Yeah, public financing of campaigns would work if we could just somehow invent one or both of those systems to groom and vet candidates willing and able to serve the general public.

    • ardy39 says:

      In Arizona, in order to receive public financing, a candidate for state office must:

      a) agree to limits on spending


      b) first collect $5 contributions from 220 to 4,410 citizens. (The number varies depending on the office sought. If running for a seat with a district smaller than statewide, all the contributions must be from citizens within the district.)

      The spending limits appear crazily low, but maybe media costs less in AZ? But some modification of this might be worth considering for CO.

      Anyway, the requirement for a number of small dollar contributions ensures that the potential candidate has at least some real support. This should keep most of the whackos off the public campaign dole.

    • Ray Springfield says:

      They set they rules.

  2. RedGreen says:

    Romjue, Caddell, Lake, Trippi were announced in Dec and Jan. So if they have had positive impact on fundraising focus and/or success it wasn’t in the 4Q.  If they haven’t had positive impact on fundraising- why are they still on the payroll?

    Caddell isn’t “still on the payroll” — for one thing, he was never on the payroll, he was a volunteer advisor, and he was also famously dismissed in late February.

    I think we’ll also know before November whether

    – Flerlage’s inability or unwillingness to raise 7 figures really matters in CD6

    • MADCO says:

      was a volunteer- but whatever he was volunteering to do could not possibly have had impact on AR fundraising until 1Q.

      And I feel pretty confident we knew last Fall how Flerlage’s thin fundraising was going to turn out.  But the universe is a mysterious place and I’m open to being surprised – a candidate could win with no money. The Cubs could win 100 games this year.

      • RedGreen says:

        by your question why he is “still” on the payroll, since he was shown the door almost two months ago. You’re right, though, those new hires wouldn’t have had much effect on Q4 fundraising.

  3. oldbenkenobi says:

    This is the most important story on politics we’ve seen in the DP for a long time.  We need to change how we fund campaigns. We need to start talking about how instead of accepting the status quo.

    That’s why I think Romanoff’s stand on fundraising is more than just a stunt.  And if he can win this primary it would be a huge victory against money-drenched politics.  If he wins, it won’t be because of Romjue, etc. — it will be because of all the relationships he’s built with Coloradans over the last 15+ years.  

    You don’t need as much money if every voter knows you.  Of course, he probably hasn’t met every voter in Colorado but I doubt anyone has come closer to doing so.  

    • MADCO says:

      Yeah the rules sortof suck – sort of like the American League teams that opposed the DH. As far as I know none of them just let the pitcher hit anyway.

      I would rather AR campaigned on serious campaign finance reform.  At least it’s an issue.

      But to throw his hands up and say all this expensive media ruins the process therefore I will voluntarily forgo the media that has come to dominate campaigns of the recent 40 or 50 years doesn’t seem to be so much an issue as an …impractical “stand.”

    • bluemountains says:

      He announced when Bennet had almost $3 mil in the bank. That’s just plain ‘Tarded.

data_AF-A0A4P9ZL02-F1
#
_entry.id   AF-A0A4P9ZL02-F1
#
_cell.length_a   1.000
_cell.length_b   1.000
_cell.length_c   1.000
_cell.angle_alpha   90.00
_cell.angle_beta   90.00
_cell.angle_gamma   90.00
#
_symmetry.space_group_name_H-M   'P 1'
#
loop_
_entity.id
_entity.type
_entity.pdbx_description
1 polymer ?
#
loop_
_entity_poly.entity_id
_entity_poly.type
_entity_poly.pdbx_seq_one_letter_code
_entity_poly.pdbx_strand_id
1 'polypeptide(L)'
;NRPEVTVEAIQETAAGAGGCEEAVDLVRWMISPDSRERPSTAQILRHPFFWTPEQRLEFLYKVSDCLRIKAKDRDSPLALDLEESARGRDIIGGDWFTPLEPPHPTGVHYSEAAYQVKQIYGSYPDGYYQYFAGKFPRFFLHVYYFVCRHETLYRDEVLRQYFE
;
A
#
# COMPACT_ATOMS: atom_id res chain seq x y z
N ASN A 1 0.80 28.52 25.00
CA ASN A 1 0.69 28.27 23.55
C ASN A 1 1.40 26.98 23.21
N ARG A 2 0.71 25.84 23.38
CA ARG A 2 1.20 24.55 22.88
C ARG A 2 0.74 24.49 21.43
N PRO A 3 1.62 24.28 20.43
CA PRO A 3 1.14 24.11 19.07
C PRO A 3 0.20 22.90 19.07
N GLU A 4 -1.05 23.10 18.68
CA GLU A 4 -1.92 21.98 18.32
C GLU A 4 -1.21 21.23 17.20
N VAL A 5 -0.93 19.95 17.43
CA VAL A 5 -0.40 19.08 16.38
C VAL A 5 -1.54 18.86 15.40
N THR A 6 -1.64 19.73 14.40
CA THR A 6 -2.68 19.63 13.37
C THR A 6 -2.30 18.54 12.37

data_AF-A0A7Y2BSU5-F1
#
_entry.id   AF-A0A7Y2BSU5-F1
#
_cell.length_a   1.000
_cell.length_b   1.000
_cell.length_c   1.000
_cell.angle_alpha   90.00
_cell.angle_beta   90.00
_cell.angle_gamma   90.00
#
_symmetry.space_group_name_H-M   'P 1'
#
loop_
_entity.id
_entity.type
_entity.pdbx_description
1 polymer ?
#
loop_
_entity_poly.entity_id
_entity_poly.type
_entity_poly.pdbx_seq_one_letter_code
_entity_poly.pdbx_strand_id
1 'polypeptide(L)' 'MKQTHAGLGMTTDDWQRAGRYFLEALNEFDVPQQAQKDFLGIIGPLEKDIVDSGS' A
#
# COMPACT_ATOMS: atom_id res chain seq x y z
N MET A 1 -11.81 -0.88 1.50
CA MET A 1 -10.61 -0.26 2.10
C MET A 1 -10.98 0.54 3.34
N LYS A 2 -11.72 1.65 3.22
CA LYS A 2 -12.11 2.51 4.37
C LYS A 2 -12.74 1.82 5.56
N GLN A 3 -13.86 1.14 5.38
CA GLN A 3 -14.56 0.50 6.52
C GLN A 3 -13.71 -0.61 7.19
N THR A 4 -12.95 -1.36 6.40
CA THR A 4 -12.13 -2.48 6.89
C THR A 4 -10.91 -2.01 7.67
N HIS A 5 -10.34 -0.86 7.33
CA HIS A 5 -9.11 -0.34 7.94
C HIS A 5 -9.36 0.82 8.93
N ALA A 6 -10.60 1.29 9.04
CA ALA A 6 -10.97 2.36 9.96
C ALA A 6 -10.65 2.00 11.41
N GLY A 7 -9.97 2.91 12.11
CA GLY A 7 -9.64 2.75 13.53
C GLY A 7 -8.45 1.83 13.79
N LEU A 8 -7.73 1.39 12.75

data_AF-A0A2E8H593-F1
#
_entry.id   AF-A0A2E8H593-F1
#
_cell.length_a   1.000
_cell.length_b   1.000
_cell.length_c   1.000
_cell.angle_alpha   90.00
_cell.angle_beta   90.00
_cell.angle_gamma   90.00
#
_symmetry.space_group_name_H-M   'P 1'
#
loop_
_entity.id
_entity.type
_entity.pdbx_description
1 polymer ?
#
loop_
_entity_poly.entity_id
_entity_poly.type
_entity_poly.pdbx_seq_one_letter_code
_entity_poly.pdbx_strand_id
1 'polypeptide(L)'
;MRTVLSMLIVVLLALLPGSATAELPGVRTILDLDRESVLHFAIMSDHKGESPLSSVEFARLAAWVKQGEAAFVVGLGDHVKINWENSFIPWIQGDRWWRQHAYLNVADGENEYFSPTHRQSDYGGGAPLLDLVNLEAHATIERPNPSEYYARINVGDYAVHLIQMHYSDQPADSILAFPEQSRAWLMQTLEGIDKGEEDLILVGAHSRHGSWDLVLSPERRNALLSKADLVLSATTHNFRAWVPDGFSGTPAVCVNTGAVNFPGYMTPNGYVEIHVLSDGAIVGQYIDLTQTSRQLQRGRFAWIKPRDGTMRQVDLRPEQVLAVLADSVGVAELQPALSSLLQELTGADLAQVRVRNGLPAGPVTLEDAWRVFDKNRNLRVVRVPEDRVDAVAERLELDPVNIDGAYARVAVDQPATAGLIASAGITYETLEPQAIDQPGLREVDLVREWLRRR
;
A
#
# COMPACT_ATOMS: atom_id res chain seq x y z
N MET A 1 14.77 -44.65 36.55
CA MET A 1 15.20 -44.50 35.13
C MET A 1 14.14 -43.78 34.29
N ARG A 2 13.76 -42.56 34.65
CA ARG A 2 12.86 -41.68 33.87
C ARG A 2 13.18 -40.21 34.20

I, too, can’t wait till Andrew sails into the senate on good vibes and reforms campaign finance laws. He’s so…..awesome.

  4. bluemountains says:

    Is both extremely annoying and a little bit exciting. I had estimated 450k on several diaries. But this wait is making me think it might be even less.

    It is important to note that most of Andrew’s staff is unpaid. While that does keep down burn, it encourages a staff composed of amateurs.  This organization is being run by “volunteer staff”. It may seem fun to have “volunteer staff” set up a $25 fundraiser at a restaurant,  but when it is the core of your fundraising you are in deep trouble. $25 is a state house race ask. The largest ask I have seen come from his campaign is $250.

    And how much CoH does he have? Direct mail isn’t free. Chadderdon and Romjue and Lake aren’t free.  If he has burnt what little he had, his totals might be comparable to Buck.

    The pedigree of Bennet’s organization….. they might as well be on different planets. Folks, sit back and watch Bennet command the airwaves over the next four months.  

    • MADCO says:

      Funny- the wait is making me think it is going to be even more.

      11,500 x 100 = 1.15 million.  


      all the $10 and $25 stuff



      • Ray Springfield says:

        We will hear from reality czech, The imperial lizard of the AR anonymous klan (ARAK) about how his fearless leader has only pure money.

        • Middle of the Road says:

          Am I the only one that finds your turn of phrase offensive? Your inference to the KKK is just disgusting.

          • Ray Springfield says:

            If you’ve ever experienced anonymous harassment then you’d know it to be so.

            AR should stop it.

            • Middle of the Road says:

              If you know better, start acting like it.

              • Ray Springfield says:

                and his anonymous fallacious attacks should stop

              • Ray Springfield says:

                I’ve seen more bigotry from my background than you can ever imagine.

                If AR supporters want to be vile then they should post under their own names.Other wise, I see no difference.

                • Raphael says:

                  please do us all a favor and shut the hell up. You have become no better than Sharon Hanson, JO, and others like them from other campaigns. It makes me as a Bennet supporter disgusted to share a stage with you, and just as Sharon et al. make AR look bad through their posting so do you for Senator Bennet. Please either clean up your act or stop entirely.

                  • Ray Springfield says:

                    The truth hurts.  

                    • Ray Springfield says:

                      In Colorado, incumbent Democratic Sen. Michael Bennet was accused by his Democratic challenger Andrew Romanoff of doing Goldman’s bidding in return for cash. “An indicted firm is no place to turn for campaign contributions,” said Mr. Romanoff, who called on Mr. Bennet to return the $6,300 he has received from the Goldman executives.

                      Being bought for 6300? Maybe if was 630k the statement might be more acceptable.

                      6300 is silly.Simply stating return the 6300 would have been fine. It is AR that has become the Sharon Hanson of the Democratic party.

  5. Ray Springfield says:

    or shut the fuck up.

    That’s the truth

Leave a Reply

Comment from your Facebook account

You may comment with your Colorado Pols account above (click here to register), or via Facebook below.